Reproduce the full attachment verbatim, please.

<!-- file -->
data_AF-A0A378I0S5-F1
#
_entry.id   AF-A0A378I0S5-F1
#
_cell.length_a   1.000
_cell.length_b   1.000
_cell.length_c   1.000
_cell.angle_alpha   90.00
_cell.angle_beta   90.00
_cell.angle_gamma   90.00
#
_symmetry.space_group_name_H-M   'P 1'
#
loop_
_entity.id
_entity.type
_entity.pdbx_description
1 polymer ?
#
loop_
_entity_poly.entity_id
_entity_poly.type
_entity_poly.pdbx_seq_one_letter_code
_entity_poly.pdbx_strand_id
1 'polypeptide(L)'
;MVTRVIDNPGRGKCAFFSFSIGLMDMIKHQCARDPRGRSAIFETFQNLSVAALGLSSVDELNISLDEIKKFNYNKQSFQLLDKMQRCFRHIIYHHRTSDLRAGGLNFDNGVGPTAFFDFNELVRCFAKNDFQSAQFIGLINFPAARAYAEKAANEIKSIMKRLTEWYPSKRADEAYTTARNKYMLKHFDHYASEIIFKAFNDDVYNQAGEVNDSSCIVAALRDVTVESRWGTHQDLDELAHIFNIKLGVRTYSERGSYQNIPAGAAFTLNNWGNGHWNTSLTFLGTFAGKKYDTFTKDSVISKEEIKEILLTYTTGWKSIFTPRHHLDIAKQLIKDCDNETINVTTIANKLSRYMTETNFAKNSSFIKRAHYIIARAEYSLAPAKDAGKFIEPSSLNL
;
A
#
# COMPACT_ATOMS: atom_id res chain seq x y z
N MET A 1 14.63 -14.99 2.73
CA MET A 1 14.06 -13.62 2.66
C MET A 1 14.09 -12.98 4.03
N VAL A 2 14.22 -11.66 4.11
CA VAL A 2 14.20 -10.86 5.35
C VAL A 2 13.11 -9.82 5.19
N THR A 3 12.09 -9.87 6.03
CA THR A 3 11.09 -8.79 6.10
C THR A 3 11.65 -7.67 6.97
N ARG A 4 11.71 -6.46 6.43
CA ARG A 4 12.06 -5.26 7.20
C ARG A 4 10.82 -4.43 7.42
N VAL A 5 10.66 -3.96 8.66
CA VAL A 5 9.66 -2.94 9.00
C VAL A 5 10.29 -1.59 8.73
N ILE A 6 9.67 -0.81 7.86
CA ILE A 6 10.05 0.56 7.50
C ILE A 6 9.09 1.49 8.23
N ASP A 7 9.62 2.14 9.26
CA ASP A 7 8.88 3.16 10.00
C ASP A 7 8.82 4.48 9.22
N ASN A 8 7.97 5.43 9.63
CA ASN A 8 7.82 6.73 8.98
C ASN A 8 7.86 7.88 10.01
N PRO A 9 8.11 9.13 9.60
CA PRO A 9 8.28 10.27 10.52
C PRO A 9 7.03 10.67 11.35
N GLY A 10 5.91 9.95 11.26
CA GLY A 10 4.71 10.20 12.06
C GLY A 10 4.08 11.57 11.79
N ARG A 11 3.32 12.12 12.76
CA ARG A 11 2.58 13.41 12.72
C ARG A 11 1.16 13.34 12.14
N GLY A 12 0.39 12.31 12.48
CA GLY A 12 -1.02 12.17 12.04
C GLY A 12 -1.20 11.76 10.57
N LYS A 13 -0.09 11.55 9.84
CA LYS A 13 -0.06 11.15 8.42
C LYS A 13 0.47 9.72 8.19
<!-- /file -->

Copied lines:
data_AF-A0A378I0S5-F1
#
_entry.id   AF-A0A378I0S5-F1
#
_cell.length_a   1.000
_cell.length_b   1.000
_cell.length_c   1.000
_cell.angle_alpha   90.00
_cell.angle_beta   90.00
_cell.angle_gamma   90.00
#
_symmetry.space_group_name_H-M   'P 1'
#
loop_
_entity.id
_entity.type
_entity.pdbx_description
1 polymer ?
#
loop_
_entity_poly.entity_id
_entity_poly.type
_entity_poly.pdbx_seq_one_letter_code
_entity_poly.pdbx_strand_id
1 'polypeptide(L)'
;MVTRVIDNPGRGKCAFFSFSIGLMDMIKHQCARDPRGRSAIFETFQNLSVAALGLSSVDELNISLDEIKKFNYNKQSFQLLDKMQRCFRHIIYHHRTSDLRAGGLNFDNGVGPTAFFDFNELVRCFAKNDFQSAQFIGLINFPAARAYAEKAANEIKSIMKRLTEWYPSKRADEAYTTARNKYMLKHFDHYASEIIFKAFNDDVYNQAGEVNDSSCIVAALRDVTVESRWGTHQDLDELAHIFNIKLGVRTYSERGSYQNIPAGAAFTLNNWGNGHWNTSLTFLGTFAGKKYDTFTKDSVISKEEIKEILLTYTTGWKSIFTPRHHLDIAKQLIKDCDNETINVTTIANKLSRYMTETNFAKNSSFIKRAHYIIARAEYSLAPAKDAGKFIEPSSLNL
;
A
#
# COMPACT_ATOMS: atom_id res chain seq x y z
N MET A 1 14.63 -14.99 2.73
CA MET A 1 14.06 -13.62 2.66
C MET A 1 14.09 -12.98 4.03
N VAL A 2 14.22 -11.66 4.11
CA VAL A 2 14.20 -10.86 5.35
C VAL A 2 13.11 -9.82 5.19
N THR A 3 12.09 -9.87 6.03
CA THR A 3 11.09 -8.79 6.10
C THR A 3 11.65 -7.67 6.97
N ARG A 4 11.71 -6.46 6.43
CA ARG A 4 12.06 -5.26 7.20
C ARG A 4 10.82 -4.43 7.42
N VAL A 5 10.66 -3.96 8.66
CA VAL A 5 9.66 -2.94 9.00
C VAL A 5 10.29 -1.59 8.73
N ILE A 6 9.67 -0.81 7.86
CA ILE A 6 10.05 0.56 7.50
C ILE A 6 9.09 1.49 8.23
N ASP A 7 9.62 2.14 9.26
CA ASP A 7 8.88 3.16 10.00
C ASP A 7 8.82 4.48 9.22
N ASN A 8 7.97 5.43 9.63
CA ASN A 8 7.82 6.73 8.98
C ASN A 8 7.86 7.88 10.01
N PRO A 9 8.11 9.13 9.60
CA PRO A 9 8.28 10.27 10.52
C PRO A 9 7.03 10.67 11.35
N GLY A 10 5.91 9.95 11.26
CA GLY A 10 4.71 10.20 12.06
C GLY A 10 4.08 11.57 11.79
N ARG A 11 3.32 12.12 12.76
CA ARG A 11 2.58 13.41 12.72
C ARG A 11 1.16 13.34 12.14
N GLY A 12 0.39 12.31 12.48
CA GLY A 12 -1.02 12.17 12.04
C GLY A 12 -1.20 11.76 10.57
N LYS A 13 -0.09 11.55 9.84
CA LYS A 13 -0.06 11.15 8.42
C LYS A 13 0.47 9.72 8.19